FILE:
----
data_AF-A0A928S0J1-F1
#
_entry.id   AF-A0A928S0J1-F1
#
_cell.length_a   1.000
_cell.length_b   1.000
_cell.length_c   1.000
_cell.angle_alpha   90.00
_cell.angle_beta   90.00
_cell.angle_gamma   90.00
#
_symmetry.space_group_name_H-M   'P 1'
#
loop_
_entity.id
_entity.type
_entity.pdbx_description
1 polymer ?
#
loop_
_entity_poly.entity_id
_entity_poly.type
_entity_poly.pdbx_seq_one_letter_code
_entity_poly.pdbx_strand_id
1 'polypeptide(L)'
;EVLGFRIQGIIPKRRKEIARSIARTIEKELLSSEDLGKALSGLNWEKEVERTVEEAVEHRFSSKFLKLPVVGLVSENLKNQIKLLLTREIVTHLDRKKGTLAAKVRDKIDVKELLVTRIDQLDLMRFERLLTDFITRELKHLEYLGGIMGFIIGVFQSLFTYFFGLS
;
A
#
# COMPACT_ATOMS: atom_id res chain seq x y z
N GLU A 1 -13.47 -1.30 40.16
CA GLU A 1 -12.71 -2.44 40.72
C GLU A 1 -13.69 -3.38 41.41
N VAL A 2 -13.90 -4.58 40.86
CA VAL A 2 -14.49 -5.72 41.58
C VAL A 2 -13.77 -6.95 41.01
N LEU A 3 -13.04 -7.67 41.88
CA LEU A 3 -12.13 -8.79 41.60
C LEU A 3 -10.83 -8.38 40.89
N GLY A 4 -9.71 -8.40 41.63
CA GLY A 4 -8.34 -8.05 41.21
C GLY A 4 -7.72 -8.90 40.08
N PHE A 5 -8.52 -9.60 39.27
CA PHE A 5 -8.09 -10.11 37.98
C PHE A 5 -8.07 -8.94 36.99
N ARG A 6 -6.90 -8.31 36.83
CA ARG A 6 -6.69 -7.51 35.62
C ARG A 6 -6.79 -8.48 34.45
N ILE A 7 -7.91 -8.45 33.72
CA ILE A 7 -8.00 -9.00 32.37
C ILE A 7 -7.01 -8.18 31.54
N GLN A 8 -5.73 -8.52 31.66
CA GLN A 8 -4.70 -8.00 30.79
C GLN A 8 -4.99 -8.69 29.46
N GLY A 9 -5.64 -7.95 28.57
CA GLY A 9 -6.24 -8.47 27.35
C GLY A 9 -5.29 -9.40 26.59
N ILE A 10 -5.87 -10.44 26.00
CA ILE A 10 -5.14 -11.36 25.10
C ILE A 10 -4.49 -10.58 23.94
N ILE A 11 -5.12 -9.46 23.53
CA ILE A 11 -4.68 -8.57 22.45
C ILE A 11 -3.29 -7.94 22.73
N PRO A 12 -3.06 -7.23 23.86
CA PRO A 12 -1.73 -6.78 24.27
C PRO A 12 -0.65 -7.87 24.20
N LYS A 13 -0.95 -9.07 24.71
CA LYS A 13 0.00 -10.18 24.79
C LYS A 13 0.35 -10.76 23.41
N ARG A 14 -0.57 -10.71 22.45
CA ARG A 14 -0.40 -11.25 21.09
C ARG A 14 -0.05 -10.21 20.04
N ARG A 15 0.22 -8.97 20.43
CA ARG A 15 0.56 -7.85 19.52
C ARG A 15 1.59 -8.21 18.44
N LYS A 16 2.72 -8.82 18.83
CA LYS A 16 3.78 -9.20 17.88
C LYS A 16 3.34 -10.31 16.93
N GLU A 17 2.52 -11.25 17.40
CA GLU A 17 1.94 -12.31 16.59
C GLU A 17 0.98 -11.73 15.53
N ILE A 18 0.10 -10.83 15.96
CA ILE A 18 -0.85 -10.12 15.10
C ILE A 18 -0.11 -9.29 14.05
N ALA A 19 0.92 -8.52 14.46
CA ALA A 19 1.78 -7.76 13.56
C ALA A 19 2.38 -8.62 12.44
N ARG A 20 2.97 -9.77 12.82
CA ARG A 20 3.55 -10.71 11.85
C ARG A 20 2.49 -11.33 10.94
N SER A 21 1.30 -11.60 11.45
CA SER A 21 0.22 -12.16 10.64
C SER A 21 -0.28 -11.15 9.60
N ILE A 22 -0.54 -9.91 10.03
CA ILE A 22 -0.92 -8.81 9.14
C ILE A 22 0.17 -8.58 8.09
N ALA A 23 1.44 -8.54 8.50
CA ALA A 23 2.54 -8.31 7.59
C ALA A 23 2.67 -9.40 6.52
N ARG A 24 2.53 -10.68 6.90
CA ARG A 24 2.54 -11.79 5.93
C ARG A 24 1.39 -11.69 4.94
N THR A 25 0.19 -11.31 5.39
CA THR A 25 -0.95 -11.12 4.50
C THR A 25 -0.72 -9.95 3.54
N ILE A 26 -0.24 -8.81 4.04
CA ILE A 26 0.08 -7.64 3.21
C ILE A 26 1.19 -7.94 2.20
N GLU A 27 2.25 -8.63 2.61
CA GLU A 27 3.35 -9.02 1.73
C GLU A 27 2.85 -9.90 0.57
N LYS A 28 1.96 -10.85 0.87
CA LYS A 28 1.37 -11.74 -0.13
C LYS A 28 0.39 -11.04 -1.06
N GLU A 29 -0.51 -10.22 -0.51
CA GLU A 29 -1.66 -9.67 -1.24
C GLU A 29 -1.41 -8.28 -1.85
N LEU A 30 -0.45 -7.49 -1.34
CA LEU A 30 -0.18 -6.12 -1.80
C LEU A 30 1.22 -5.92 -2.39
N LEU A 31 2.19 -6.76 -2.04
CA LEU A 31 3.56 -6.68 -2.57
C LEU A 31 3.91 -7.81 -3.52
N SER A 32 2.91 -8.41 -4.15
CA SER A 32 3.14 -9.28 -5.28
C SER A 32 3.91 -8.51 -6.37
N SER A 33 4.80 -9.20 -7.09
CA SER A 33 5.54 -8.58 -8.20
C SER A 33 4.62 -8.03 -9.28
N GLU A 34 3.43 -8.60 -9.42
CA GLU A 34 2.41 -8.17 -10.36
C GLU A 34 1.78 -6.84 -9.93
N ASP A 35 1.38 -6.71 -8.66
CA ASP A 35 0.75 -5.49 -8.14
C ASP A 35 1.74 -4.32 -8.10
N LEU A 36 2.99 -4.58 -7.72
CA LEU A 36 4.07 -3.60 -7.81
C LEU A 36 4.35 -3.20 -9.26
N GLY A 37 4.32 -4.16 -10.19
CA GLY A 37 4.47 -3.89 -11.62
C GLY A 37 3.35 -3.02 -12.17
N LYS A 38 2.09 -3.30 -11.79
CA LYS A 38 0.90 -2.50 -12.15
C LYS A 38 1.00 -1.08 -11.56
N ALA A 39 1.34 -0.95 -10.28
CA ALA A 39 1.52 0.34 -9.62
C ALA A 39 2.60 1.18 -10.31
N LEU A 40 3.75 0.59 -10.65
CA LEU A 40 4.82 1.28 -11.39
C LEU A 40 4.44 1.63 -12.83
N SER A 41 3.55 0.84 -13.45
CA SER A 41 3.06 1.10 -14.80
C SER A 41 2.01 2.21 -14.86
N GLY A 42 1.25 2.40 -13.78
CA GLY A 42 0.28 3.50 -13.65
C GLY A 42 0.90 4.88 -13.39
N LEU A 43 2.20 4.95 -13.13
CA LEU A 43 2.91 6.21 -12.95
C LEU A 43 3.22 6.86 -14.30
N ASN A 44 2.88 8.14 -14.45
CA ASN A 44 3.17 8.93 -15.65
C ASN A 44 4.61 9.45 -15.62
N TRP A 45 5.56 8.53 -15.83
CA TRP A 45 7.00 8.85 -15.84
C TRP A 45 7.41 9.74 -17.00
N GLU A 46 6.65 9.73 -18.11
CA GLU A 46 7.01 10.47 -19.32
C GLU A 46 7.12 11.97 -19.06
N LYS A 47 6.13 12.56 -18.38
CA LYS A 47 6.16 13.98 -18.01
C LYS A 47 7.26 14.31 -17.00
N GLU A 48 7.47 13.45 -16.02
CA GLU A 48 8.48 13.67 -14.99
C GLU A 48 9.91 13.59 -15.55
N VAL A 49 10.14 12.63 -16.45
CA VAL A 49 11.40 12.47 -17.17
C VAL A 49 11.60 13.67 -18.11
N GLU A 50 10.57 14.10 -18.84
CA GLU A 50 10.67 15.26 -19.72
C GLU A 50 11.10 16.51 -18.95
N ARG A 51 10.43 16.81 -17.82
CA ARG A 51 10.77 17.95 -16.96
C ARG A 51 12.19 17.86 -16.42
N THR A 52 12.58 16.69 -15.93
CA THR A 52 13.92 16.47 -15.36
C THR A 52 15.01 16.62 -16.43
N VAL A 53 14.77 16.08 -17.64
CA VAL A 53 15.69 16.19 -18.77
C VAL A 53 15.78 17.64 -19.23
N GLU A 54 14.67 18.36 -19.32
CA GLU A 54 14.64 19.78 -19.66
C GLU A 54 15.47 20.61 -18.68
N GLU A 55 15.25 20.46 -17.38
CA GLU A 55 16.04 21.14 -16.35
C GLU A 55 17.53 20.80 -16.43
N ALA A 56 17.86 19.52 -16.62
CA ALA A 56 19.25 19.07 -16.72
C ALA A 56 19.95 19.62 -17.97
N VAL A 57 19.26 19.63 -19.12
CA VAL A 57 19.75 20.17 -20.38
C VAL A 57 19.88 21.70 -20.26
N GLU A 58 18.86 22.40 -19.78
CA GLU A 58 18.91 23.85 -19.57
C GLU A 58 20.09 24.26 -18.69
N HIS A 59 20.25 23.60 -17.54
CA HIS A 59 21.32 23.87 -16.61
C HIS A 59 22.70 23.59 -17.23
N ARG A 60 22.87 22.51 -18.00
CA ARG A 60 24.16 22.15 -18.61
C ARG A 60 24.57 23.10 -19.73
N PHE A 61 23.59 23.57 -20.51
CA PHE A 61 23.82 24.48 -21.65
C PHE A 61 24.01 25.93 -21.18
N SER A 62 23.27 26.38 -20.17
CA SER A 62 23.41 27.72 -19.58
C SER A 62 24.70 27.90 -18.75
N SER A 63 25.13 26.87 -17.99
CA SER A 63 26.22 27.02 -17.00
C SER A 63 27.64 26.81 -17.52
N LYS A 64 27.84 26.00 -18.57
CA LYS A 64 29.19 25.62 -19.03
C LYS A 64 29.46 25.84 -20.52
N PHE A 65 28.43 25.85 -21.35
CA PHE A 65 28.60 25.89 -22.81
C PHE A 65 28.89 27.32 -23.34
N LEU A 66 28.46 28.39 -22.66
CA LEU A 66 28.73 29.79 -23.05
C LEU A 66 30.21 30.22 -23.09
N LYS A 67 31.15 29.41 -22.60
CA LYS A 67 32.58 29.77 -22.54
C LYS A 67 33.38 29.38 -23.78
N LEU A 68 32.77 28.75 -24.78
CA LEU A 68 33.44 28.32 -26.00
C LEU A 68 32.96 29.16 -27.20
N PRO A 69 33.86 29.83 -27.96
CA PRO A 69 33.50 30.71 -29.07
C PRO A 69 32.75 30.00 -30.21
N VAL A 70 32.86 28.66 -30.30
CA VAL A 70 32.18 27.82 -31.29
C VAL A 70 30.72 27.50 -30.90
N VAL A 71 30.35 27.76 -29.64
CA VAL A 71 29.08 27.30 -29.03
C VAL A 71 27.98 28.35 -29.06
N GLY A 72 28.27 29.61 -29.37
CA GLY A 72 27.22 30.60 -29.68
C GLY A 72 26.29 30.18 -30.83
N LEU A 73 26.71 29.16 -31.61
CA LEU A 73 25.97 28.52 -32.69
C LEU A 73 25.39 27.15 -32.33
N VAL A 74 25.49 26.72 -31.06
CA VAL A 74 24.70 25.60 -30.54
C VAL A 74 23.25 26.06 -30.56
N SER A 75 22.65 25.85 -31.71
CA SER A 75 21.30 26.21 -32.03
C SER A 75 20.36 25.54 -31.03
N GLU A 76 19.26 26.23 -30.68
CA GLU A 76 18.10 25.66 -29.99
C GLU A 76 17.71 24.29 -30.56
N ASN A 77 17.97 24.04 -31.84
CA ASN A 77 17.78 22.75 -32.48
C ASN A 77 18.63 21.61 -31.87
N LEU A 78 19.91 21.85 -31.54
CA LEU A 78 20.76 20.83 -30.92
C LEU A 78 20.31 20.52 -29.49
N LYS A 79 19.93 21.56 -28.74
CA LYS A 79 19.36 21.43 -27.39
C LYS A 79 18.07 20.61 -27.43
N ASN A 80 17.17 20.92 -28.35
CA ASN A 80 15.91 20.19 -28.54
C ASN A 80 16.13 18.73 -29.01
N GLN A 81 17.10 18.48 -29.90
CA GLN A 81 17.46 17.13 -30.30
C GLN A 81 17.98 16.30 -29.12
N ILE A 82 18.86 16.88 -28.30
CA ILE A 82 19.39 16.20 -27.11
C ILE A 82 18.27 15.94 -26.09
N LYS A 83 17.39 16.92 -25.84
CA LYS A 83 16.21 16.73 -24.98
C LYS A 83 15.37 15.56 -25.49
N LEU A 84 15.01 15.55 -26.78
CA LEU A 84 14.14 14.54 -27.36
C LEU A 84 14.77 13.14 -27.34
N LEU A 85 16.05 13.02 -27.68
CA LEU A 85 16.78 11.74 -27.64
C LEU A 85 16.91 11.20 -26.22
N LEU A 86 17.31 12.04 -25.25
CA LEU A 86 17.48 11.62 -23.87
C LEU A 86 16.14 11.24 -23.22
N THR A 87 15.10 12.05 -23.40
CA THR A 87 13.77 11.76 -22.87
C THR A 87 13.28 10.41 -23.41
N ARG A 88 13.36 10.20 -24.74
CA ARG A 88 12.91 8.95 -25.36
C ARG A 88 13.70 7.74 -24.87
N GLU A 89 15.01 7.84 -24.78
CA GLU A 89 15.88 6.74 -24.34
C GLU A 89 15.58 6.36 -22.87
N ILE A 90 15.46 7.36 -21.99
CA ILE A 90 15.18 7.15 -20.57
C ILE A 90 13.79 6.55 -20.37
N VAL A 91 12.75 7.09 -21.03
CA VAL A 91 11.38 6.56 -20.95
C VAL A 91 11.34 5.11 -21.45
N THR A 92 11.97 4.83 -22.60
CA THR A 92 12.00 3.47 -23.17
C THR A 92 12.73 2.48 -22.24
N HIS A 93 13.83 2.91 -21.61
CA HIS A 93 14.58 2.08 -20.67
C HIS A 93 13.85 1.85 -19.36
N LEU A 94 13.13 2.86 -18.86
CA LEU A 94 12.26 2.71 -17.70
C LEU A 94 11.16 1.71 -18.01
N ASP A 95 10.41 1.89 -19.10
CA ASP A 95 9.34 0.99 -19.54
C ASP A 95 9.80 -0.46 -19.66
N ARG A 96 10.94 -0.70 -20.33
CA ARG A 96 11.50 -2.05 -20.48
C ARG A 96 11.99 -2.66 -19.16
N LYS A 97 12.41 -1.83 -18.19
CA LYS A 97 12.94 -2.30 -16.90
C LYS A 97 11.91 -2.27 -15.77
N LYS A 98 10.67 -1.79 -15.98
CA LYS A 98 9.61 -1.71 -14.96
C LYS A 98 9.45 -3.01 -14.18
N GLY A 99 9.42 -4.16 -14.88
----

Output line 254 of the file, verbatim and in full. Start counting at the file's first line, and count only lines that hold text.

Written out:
CA SER A 75 21.30 26.21 -32.03